Nicaragua experiences historic day of hazards

November 24, 2016, was a big day for Nicaragua. Category 2 Hurricane Otto made history as it swept across the southern part of the country, breaking three records including southernmost hurricane landfall ever recorded in Central America, the latest-in-season hurricane landfall ever recorded in the entire Atlantic Basin, and the strongest hurricane ever recorded so […]
December 7, 2016

November 24, 2016, was a big day for Nicaragua. Category 2 Hurricane Otto made history as it swept across the southern part of the country, breaking three records including southernmost hurricane landfall ever recorded in Central America, the latest-in-season hurricane landfall ever recorded in the entire Atlantic Basin, and the strongest hurricane ever recorded so late in the season. As the eye of the storm left the Caribbean Sea and passed near the town of San Juan de Nicaragua, sustained maximum winds of 110 miles per hour and heavy rains downed trees and brought mudslides and flooding to the region.

Just one hour after Hurricane Otto made landfall, a magnitude 7.0 earthquake struck off the Pacific coast of Nicaragua. The earthquake triggered a tsunami warning for the Pacific coast and tremors could be felt across the entire region. Nicaraguan President Daniel Ortega declared a State of Emergency in response to the multiple hazard events of the day.

The events of November 24 highlight the need for governments and organizations responsible for disaster management in Nicaragua to invest time and resources into research and preparation, and Pacific Disaster Center (PDC) is currently supporting work to address this need by conducting “National Disaster Preparedness Baseline Assessment” (NDPBA) projects.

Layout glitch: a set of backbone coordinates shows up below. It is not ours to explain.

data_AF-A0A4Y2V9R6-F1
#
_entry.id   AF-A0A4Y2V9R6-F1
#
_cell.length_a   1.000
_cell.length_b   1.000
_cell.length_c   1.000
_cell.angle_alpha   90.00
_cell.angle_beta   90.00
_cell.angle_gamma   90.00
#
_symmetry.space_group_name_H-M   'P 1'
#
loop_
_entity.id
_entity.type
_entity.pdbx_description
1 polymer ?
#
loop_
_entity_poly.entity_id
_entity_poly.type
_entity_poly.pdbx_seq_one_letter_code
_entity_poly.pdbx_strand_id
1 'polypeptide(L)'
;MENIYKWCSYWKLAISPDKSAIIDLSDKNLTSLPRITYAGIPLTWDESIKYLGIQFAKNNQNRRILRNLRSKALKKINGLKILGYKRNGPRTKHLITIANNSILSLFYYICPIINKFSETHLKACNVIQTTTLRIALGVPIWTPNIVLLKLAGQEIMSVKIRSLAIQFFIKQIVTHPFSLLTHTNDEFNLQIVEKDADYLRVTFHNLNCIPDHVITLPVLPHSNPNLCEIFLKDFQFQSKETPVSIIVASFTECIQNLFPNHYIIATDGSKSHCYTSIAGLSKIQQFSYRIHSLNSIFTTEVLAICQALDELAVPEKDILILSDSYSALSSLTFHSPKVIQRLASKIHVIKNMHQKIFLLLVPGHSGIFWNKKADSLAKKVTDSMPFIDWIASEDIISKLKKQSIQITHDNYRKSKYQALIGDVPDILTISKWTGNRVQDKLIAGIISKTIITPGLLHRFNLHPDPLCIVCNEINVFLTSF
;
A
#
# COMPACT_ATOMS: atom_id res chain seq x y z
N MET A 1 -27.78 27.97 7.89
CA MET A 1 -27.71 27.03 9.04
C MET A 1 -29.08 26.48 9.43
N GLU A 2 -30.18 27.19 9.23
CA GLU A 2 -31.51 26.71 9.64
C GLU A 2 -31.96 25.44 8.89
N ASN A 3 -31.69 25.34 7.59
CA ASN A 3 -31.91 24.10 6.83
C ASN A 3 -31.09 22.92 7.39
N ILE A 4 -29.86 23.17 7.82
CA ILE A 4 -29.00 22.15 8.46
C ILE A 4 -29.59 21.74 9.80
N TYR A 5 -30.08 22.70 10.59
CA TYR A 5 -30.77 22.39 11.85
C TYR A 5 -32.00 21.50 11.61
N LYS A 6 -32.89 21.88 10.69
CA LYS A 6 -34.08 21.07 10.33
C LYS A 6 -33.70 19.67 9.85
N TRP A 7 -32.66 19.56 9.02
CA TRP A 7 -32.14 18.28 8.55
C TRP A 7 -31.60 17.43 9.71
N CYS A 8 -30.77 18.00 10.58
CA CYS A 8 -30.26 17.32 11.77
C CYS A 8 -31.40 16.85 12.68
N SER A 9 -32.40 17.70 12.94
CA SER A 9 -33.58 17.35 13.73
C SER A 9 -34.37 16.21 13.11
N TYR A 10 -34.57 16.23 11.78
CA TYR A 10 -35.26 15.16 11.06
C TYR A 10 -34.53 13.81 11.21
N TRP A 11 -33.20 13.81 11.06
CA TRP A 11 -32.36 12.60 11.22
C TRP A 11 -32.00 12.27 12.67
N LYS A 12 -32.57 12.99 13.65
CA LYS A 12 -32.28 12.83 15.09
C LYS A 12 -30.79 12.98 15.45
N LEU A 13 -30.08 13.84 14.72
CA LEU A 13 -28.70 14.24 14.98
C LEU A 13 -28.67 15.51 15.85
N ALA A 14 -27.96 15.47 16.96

Started in September 2013 with the goal of helping vulnerable areas of the world assess their ability to cope with and respond to disaster events, this stakeholder-driven approach to data collection, data analysis, and disaster management brings organizations already operating in a region together to assess risk and vulnerability (RVA) and understand current capacity for comprehensive disaster management (CDM). The NDPBA method ensures that all participating organizations have a shared sense of ownership in finding solutions to regional challenges and that they are working toward common goals, which is key for understanding local challenges and maintaining independence from foreign organizations and governments.

On November 28, just four days after Hurricane Otto and the magnitude 7.0 earthquake, PDC held the Nicaragua Midterm Workshop and Knowledge Exchange in Managua, Nicaragua, as a part of the ongoing NDPBA project that began there in October 2015. In partnership with Nicaragua’s leading disaster management agency Sistema Nacional para la Prevención, Mitigación y Atención de Desastres (SINAPRED), 70 participants representing 45 different organizations came together to hear the preliminary findings of the RVA and CDM assessments for their country. The Knowledge Exchange allowed the group to share experiences, lessons learned, and information as they discussed strategies and prepared to move forward into the next phase of the project.

After the successful Midterm Workshop and data discussions with teams from government agencies at national, departmental and municipal levels, PDC is looking forward to continuing to work with Nicaragua and SINAPRED in early 2017 to do additional data gathering and to share project results.

The NDPBA project is sponsored by US Southern Command (USSOUTHCOM) and is currently underway in the Dominican Republic, Guatemala, and Honduras in addition to the work being done in Nicaragua.

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